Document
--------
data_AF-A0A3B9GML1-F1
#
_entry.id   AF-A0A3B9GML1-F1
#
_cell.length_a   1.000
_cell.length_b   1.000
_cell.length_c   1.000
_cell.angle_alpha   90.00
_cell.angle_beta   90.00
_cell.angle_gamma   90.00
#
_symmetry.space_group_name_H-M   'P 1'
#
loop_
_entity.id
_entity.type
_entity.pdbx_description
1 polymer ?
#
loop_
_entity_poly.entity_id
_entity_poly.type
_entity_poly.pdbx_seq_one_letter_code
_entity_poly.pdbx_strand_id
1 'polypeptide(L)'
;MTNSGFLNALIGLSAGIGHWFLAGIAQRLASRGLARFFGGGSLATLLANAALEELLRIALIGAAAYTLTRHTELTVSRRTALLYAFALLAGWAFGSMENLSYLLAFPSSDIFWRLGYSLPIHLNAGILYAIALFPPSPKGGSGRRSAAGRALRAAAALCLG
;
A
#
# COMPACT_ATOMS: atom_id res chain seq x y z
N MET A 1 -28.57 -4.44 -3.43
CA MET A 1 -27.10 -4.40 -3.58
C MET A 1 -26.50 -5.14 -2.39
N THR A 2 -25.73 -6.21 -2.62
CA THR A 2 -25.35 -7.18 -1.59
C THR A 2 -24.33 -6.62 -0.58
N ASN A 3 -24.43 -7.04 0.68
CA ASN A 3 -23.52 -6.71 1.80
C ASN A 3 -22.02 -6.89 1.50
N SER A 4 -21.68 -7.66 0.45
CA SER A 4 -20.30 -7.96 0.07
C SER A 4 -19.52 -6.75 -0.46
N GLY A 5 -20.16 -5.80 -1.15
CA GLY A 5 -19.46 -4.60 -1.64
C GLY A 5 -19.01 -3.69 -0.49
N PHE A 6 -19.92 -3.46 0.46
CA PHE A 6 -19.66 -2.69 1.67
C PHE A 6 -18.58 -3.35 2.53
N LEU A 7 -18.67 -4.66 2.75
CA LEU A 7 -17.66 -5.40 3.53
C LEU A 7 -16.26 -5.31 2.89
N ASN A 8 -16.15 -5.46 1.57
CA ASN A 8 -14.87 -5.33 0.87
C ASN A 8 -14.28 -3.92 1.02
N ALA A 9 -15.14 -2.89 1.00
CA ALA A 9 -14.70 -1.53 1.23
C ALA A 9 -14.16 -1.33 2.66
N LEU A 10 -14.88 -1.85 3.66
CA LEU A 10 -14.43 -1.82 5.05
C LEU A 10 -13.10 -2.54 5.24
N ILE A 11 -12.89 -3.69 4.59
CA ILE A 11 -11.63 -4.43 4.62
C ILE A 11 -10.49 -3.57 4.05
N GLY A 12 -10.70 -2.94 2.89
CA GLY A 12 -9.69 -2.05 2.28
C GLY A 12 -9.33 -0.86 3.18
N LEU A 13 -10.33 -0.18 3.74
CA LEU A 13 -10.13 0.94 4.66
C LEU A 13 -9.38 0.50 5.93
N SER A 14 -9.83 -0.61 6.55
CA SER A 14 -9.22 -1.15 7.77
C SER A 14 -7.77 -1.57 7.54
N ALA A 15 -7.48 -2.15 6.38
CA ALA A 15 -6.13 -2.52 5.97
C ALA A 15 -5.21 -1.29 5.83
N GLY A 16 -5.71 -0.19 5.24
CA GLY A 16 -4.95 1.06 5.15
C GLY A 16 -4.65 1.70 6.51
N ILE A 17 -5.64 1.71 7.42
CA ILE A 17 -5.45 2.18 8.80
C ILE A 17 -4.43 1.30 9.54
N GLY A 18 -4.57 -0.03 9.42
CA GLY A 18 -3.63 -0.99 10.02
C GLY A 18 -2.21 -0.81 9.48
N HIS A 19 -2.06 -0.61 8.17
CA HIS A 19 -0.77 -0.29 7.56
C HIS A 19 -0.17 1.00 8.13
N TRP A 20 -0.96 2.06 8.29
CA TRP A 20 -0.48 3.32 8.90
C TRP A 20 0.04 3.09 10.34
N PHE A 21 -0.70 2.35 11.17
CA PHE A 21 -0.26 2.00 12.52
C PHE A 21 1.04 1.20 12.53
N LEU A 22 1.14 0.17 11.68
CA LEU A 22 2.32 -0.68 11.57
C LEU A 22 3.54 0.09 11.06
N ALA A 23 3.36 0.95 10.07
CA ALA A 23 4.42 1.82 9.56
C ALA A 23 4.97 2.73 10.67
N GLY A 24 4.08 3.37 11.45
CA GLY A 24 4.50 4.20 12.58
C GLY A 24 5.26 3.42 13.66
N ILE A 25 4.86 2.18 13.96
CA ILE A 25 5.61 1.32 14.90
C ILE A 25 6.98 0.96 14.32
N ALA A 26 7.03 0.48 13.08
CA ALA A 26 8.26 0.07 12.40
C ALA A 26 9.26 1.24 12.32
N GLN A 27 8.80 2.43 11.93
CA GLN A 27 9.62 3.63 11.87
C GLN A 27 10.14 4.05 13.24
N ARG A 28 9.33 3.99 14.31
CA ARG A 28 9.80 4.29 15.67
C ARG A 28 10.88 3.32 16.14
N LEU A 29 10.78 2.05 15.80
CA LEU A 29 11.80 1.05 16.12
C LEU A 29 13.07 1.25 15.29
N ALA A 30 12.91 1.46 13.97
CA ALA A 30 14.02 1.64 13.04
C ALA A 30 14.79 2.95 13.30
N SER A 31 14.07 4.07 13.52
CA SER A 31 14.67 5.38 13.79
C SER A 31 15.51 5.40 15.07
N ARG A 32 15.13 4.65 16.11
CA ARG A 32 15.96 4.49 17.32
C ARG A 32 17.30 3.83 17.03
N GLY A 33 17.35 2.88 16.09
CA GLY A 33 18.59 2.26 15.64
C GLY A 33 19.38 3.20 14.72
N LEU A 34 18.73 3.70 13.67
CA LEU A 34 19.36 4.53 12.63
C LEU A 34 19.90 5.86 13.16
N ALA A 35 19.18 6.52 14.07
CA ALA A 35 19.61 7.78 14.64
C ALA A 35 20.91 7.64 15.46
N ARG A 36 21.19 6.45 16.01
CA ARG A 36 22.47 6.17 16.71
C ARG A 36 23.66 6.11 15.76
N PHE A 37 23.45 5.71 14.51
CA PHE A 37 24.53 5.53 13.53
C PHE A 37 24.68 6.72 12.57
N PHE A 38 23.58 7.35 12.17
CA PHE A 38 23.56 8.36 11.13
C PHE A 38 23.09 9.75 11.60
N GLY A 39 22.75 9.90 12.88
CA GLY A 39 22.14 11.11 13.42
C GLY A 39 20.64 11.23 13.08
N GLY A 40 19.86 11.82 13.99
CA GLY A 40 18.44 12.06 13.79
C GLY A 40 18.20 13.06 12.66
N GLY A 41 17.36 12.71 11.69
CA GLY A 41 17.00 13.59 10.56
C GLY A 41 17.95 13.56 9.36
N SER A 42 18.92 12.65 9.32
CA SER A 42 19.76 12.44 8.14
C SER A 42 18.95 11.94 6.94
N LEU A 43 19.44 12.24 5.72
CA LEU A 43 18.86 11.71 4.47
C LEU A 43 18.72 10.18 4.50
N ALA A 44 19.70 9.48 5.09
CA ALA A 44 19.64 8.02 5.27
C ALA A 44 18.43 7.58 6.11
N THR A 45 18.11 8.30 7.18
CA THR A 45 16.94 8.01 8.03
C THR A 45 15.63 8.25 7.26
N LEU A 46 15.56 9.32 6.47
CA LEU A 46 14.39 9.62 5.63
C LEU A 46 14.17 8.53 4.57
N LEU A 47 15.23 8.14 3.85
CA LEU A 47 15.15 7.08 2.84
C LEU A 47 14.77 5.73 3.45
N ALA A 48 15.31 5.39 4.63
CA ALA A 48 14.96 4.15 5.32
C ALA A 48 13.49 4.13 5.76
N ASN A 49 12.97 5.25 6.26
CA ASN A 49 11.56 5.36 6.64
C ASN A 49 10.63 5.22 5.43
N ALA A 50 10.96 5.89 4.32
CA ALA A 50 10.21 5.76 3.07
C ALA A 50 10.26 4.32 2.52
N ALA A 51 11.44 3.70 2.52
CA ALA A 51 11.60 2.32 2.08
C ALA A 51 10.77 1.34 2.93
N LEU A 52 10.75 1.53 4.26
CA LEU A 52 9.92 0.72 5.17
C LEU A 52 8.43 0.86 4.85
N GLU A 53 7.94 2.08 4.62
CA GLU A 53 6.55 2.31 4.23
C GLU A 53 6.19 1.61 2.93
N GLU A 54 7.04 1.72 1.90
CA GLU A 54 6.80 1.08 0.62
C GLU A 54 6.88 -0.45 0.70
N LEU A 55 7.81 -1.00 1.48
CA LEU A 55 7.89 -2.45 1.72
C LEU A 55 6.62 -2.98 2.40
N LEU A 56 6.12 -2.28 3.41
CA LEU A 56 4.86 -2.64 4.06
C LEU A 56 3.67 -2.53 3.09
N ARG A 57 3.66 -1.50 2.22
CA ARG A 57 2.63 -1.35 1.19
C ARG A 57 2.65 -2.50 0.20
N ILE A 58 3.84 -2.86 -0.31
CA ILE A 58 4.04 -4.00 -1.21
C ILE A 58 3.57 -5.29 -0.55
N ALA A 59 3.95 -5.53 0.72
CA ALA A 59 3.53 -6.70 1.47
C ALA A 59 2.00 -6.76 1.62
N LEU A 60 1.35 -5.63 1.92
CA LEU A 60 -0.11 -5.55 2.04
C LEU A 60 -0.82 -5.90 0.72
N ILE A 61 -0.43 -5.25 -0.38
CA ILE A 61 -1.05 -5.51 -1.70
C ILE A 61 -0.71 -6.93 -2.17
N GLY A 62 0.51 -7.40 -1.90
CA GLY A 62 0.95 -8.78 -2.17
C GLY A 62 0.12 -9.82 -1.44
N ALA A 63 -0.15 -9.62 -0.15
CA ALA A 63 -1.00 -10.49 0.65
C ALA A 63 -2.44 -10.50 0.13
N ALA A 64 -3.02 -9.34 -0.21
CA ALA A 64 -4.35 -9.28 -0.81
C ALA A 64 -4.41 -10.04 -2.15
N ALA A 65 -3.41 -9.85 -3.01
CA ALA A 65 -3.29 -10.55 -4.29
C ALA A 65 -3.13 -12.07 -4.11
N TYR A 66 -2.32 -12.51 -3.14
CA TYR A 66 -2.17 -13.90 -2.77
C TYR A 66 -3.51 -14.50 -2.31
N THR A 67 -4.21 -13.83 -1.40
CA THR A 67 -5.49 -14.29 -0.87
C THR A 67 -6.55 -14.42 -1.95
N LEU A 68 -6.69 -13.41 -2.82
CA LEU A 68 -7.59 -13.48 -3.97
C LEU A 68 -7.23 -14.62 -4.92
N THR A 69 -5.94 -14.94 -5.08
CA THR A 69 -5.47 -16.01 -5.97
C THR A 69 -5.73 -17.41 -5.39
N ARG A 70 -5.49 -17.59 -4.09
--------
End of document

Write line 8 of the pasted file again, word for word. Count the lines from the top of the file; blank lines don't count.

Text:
_cell.angle_alpha   90.00